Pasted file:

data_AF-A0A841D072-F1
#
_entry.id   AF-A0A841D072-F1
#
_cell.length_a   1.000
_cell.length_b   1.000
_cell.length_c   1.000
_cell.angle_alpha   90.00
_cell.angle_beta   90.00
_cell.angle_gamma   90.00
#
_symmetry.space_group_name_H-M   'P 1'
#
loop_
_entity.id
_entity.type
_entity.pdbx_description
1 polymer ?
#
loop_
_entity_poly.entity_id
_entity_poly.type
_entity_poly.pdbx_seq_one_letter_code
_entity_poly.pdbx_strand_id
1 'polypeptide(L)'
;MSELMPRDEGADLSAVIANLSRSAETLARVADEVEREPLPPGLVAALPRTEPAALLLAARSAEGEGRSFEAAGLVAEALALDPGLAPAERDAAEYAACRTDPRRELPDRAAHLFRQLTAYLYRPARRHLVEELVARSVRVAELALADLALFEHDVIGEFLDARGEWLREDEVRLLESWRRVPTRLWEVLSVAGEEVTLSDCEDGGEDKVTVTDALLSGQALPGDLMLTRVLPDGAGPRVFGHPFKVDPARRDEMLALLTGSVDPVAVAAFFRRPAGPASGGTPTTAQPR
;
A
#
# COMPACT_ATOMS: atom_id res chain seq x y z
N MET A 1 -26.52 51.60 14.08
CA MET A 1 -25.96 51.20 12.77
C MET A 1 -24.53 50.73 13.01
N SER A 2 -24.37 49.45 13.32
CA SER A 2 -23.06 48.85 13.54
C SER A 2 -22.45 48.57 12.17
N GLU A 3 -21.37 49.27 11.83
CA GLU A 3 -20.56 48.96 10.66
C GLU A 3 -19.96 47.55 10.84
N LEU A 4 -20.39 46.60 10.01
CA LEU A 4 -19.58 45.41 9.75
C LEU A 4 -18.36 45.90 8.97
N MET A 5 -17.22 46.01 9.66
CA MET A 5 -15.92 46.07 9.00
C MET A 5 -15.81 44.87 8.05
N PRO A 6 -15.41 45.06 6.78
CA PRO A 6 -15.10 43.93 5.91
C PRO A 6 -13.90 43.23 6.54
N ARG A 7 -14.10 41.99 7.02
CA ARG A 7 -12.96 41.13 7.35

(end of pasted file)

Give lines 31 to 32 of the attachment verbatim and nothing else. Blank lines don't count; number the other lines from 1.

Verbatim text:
N MET A 1 -26.52 51.60 14.08
CA MET A 1 -25.96 51.20 12.77